Review: Everest

I actually Googled “How many people have climbed to the peak of Mount Everest and Survived?” before I started writing this review. According to National Geographic:

Everest has always been a trophy, but now that almost 4,000 people have reached its summit, some more than once, the feat means less than it did a half century ago. Today roughly 90 percent of the climbers on Everest are guided clients, many without basic climbing skills.

Basically that tidbit of information is just as interesting as Baltasar Kormákur’s feature based on the true story of a tragic expedition resulting in the loss of life and limb while attempting to trek down from the 29,029 ft geological nightmare when a massive storm hit Everest hard in May 1996.

Image by Universal Pictures and Working Title

Everest stars Jason Clarke as Rob Hall, leader of Adventure Consultants, who trains and guides a team up Everest to follow in the footsteps of history. His team collaborates with Scott Fischer, played by Academy Award nominee Jake Gyllenhaal, and his climbing team, Mountain Madness, from base camp to the four camps en route to the Death Zone to the summit and back.

Among the climbers were carpenter/mailman Doug Hansen, Yasuko Namba, who climbed six of the seven summits prior to taking on Mt. Everest and Beck Weathers, an experienced climber from Texas. Basically, Everest is a rather pedestrian and tedious disaster movie showcasing the what an unrelenting she-devil mother nature can be as the chase for glory swirls into a tempest of terror when brutal weather conditions result in the the worst possible outcome: lives were lost and left on the mountain.

Everest attempts to follow in the footsteps of recent films such as Life of Pi and Gravity, films that use stunning visuals as a backdrop to augment a story about an individual(s) who attempt to survive nearly impossible odds, in environments that are completely dangerous, but in its attempt it goes way over the top.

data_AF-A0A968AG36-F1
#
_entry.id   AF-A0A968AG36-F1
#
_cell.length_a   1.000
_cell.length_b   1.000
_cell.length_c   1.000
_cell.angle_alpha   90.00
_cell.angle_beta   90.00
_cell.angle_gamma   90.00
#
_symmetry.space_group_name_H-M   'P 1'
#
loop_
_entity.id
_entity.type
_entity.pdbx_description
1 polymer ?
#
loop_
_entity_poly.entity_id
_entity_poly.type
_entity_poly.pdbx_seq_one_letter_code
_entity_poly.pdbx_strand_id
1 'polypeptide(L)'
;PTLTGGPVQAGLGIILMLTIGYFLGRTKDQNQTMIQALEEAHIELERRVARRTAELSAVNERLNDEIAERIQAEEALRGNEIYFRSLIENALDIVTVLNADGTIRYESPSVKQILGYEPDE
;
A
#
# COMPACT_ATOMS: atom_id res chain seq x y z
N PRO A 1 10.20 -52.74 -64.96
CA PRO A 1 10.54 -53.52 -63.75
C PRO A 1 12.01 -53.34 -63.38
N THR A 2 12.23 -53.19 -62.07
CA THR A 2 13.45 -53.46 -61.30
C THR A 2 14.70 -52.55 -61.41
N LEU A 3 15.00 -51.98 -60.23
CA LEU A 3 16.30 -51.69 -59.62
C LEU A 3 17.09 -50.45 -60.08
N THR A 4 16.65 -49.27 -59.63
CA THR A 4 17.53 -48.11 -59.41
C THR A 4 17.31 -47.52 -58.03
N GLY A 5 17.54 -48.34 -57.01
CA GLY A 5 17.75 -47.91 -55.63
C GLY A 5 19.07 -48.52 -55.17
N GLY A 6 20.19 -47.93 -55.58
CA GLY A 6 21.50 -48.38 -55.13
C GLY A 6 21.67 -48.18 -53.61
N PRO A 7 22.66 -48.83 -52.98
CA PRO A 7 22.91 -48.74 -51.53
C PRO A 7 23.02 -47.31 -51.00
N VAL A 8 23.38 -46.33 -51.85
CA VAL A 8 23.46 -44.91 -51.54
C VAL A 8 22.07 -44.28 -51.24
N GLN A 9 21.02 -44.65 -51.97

Listening to the panting, screaming, the frequent and frantic radio transmissions on the way up towards the summit is grueling in of itself but when the storm hits and the climbers’ situations grow more dire by the second, I was completely immersed in the action yet unaffected because part of me knew what was going to happen before it did. There is suspense but it just seems so shallow.

Watching this film in IMAX 3D, you are completely immersed in the sights and sounds of the film but while I was enamored by the technical expertise of Everest, I found the narrative to be rather tame. I wouldn’t say that this movie towers or exudes any type of majesty compared to its namesake, but I will say that watching this movie in IMAX 3D is thrilling.

Does the cast give good performances? Sure but this isn’t a movie worth seeing for the performances. Clarke, Gyllenhaal, Josh Brolin, John Hawkes, Keira Knightley, Sam Worthington, Naoko Mori, Michael Kelly, Emily Watson, Elizabeth Debicki among others range from decent-to-good actors but I feel that this movie could have had perhaps a better impact if there wasn’t so much star power attached.

Simon Beaufoy and William Nicholson’s screenplay did enough to make for an interesting story but I just felt that more impact could have been necessary to get swept up in the story rather than the visuals. For instance, the jumps between Clarke’s Rob Hall and Knightley’s Jan, Hall’s pregnant wife back home in New Zealand, while Hall was on the mountain with the weather beating on him, exhausting his resources, in particular, his oxygen, it was over-the-top if you ask me. The entire storm-portion of the movie is already dramatic enough, there was no need to go that far to illicit sympathy from the audience.

I will credit the sublime visual effects of Everest as well as the breathtaking cinematography by Salvatore Totino, the sound team, Mick Audsley’s editing was hit-and-miss, Dario Marianelli’s music seemed a touch excessive and overall I thought this production under Baltasar Kormákur was a technically sound picture with a lot of over-the-top elements weighing it down.

I had little background going into the auditorium to watch Everest, in fact I was five when the tragedy occurred. As I witnessed these men and women risk so much, I realized that I was watching these figures chase glory into their graves. Everest showed me that the power of nature is only strengthened by the actions or inactions of the men who make decisions in nature’s path.

People died because decisions were made up-there that were not supposed to happen. That is what I took away from Everest.

This movie will feel familiar to Life of Pi and Gravity is some aspects and maybe it will draw fans of those films in, but I feel that they will come away disappointed because of the tragedy of what happens and what ultimately ends up working against Everest.


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